This invention relates to the preparation of ice pellets. More particularly, the invention is concerned with a method for manufacturing ice pellets which comprises allowing water to fall or contact a silver iodide surface which is maintained at a temperature of at least -10° C. or colder.
In the preparation of ice cubes or ice pellets it has been the practice to either prepare the ice cubes or pellets by freezing water in molds or else to place the water on a cold surface maintained at temperatures low enough to effect the conversion of the water to the solid ice state.
These methods, although commonly employed for making ice cubes and ice pellets, have disadvantages in that the time required for making the ice, in whatever shape it may be, is quite long.
We have now discovered that ice pellets of different sizes can be made inexpensively and quickly by allowing drops (either large or small) of water to fall upon a silver iodide surface which has been cooled to a temperature of at least -10° C., or lower, for example, from -10° to -70* C., or even lower.
A silver iodide surface at normal temperatures (about 25° C.) is very hydrophilic and water will spread readily on such a surface. We have now discovered that drops of water, when allowed to fall on a silver iodide surface, will not spread if the later surface is maintained at a temperature of about -10' C. or colder. This is due to the fact that as the drops of water fall on the cooled silver iodide surface, they freeze so quickly that they have relatively little time to spread and they are transformed into ice pellets with contact angles of about 90°. Because of the quick initial freeze, the adhesion of the ice pellets to the silver iodide surface is very low. Thus, the ice pellets can be easily removed from the silver iodide surface by only a slight pressure.
In practicing our invention, any suitable method for preparing a silver iodide surface may be employed. Thus, a metallic surface having good heat-transfer properties, for example, steel, copper, etc., is coated with a solution of silver iodide, and the solvent allowed to evaporate to leave a thin residue of silver iodide. Thereafter, small portions of cold water of any desired size, e. g., drops, or globules, or pools of water, are placed on the silver iodide surface which has previously been cooled to a temperature at least as low as -10* C. to yield ice pellets.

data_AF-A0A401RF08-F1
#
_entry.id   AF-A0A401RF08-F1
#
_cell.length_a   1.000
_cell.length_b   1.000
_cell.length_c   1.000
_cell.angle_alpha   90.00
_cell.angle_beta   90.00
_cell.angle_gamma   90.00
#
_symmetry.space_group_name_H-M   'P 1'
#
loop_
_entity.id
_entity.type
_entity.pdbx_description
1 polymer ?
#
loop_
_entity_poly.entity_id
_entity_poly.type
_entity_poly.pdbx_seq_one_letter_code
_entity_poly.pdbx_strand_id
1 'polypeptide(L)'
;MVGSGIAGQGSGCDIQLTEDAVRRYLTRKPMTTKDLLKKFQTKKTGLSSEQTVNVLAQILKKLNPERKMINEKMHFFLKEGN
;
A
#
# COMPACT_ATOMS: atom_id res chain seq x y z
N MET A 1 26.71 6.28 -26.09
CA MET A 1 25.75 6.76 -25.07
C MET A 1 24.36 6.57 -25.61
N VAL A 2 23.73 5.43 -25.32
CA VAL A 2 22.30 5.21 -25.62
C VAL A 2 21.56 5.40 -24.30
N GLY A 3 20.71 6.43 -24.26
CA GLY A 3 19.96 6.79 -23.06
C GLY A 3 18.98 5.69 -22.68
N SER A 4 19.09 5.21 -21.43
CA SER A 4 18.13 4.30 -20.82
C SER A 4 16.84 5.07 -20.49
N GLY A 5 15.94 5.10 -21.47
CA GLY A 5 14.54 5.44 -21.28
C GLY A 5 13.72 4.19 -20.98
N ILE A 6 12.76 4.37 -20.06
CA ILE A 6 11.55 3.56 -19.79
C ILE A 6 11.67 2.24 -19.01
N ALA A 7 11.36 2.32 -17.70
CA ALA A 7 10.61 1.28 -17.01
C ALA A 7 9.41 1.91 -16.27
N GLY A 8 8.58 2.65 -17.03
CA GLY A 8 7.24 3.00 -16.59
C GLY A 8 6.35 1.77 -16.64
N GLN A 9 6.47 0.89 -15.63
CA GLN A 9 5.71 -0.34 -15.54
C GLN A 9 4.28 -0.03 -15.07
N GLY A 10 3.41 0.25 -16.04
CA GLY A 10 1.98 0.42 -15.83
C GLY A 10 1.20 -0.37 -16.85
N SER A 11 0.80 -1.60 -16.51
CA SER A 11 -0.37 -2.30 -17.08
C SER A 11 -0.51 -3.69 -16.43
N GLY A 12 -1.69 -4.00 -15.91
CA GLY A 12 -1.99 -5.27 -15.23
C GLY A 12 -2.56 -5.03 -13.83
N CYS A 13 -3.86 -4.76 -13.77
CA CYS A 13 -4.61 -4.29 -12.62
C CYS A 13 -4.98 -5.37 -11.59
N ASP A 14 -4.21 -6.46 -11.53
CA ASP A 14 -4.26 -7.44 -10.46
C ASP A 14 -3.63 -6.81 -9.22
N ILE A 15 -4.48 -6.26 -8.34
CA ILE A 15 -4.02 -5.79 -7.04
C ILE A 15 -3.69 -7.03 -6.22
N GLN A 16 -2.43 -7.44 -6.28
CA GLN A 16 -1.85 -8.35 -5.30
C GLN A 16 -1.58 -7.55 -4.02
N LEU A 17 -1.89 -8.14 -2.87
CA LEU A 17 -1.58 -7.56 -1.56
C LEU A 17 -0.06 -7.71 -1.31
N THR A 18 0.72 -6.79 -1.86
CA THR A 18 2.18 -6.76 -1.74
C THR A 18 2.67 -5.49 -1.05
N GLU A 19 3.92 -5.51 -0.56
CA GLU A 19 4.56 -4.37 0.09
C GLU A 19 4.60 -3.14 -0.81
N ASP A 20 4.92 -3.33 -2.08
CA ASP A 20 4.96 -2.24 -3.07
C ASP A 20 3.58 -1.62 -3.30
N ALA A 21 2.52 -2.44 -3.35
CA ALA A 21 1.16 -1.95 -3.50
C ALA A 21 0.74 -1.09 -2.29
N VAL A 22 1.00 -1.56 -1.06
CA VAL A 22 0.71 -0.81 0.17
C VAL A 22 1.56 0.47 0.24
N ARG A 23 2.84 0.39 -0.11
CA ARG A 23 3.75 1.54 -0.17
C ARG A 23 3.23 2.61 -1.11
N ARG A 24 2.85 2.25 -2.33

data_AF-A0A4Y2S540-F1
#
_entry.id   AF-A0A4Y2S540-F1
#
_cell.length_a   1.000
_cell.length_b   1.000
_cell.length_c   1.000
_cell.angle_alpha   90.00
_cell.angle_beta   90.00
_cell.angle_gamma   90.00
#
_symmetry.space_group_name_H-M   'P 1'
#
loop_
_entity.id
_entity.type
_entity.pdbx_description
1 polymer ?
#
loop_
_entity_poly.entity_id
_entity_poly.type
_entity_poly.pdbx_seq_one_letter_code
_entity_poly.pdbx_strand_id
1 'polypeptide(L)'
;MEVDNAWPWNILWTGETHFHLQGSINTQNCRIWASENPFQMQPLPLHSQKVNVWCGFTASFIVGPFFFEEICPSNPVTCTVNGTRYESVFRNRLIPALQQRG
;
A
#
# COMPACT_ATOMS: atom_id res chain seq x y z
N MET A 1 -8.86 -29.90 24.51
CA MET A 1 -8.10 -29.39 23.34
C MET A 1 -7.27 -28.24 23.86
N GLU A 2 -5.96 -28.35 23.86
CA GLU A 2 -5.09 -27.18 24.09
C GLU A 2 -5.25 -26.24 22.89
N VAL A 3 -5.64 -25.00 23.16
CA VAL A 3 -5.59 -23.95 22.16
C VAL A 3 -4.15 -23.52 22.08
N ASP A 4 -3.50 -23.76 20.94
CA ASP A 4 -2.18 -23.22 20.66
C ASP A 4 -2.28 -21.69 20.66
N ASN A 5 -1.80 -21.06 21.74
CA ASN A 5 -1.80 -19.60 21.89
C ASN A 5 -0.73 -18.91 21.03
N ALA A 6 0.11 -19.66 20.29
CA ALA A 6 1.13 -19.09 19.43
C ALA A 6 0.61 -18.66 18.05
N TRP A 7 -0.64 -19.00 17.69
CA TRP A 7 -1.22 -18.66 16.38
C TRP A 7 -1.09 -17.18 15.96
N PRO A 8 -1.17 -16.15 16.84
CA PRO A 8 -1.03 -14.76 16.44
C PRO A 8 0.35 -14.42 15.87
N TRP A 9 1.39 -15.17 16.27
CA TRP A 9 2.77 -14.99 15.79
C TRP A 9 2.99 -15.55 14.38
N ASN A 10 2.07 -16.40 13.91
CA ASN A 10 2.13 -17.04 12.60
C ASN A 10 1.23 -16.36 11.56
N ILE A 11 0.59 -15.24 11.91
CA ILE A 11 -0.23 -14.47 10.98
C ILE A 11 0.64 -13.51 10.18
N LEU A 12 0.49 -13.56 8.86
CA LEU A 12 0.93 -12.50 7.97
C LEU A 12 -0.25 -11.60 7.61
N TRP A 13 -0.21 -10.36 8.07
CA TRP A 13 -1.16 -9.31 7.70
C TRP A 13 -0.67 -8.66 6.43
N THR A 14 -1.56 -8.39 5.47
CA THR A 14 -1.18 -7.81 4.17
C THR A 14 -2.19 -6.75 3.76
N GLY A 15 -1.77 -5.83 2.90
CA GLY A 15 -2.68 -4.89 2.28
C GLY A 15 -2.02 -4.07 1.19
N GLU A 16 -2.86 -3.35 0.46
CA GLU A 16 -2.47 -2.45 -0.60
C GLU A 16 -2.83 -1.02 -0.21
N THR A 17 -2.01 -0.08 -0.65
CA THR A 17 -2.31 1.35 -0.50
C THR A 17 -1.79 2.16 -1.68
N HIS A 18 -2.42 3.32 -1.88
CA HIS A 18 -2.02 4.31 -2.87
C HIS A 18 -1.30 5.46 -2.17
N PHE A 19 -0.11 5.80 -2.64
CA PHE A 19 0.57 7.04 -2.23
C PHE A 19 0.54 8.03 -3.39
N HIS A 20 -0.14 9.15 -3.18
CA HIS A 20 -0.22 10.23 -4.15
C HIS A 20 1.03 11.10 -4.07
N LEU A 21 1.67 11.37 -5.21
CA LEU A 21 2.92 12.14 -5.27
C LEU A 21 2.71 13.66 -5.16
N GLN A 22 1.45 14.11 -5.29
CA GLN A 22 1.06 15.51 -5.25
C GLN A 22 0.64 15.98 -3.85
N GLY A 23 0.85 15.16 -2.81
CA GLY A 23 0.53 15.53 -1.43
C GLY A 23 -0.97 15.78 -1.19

Another suitable method, which we have found preferable, is to electroplate or coat by other puitable means a metal base plate, for instance, iron, steel, copper, etc., with elementary silver so that an essentially smooth surface of silver is obtained. The silver surface of the coated metal plate is thereafter exposed to iodine vapors, for example, in an oven filled with the aforementioned iodine vapors, thereby to give a silver iodide surface. Instead of using vaporous iodine to form the silver iodide, it may be desirable to use, for instance, an alcohol solution of iodine and paint the silver surface with the said solution permitting the alcohol to evaporate leaving behind a silver iodide surface. The thickness of the silver iodide layer is not critical. It is preferred, however, that the silver iodide layer should not be any thicker than necessary, e. g., about 2 to 40 mils, in order to have the best heat-transfer properties. As described above, water drops are placed on the silver iodide surface of the plate automatically while maintaining the temperature of the silver iodide surface at a temperature of at least -10° C. At definite intervals a rider may be pushed across the plate knocking the ice pellets off and into a collecting trap maintained at a temperature below 0° C.
It will of course be apparent to those skilled in the art that solid silver sheets or plates may also be employed which can then be treated with the iodine vapors prior to cooling and application of the cold water for producing the ice pellets. Still another method for making the ice pellets involves coating (for instance, by electroplating) an endless belt of thin gauge, cold-rolled stainless steel with a film of silver and exposing the silver film to iodine vapors. By allowing this belt to travel between two pulleys in a cold chamber maintained at a temperature of -10* C. or lower, ice pellets can be made continuously by dropping water on the belt surface at definite time intervals. Due to the low adhesion of the ice to the silver iodide surfaces by mere bending of the belt around the pulley, the ice pellets; will fall off into a receptacle.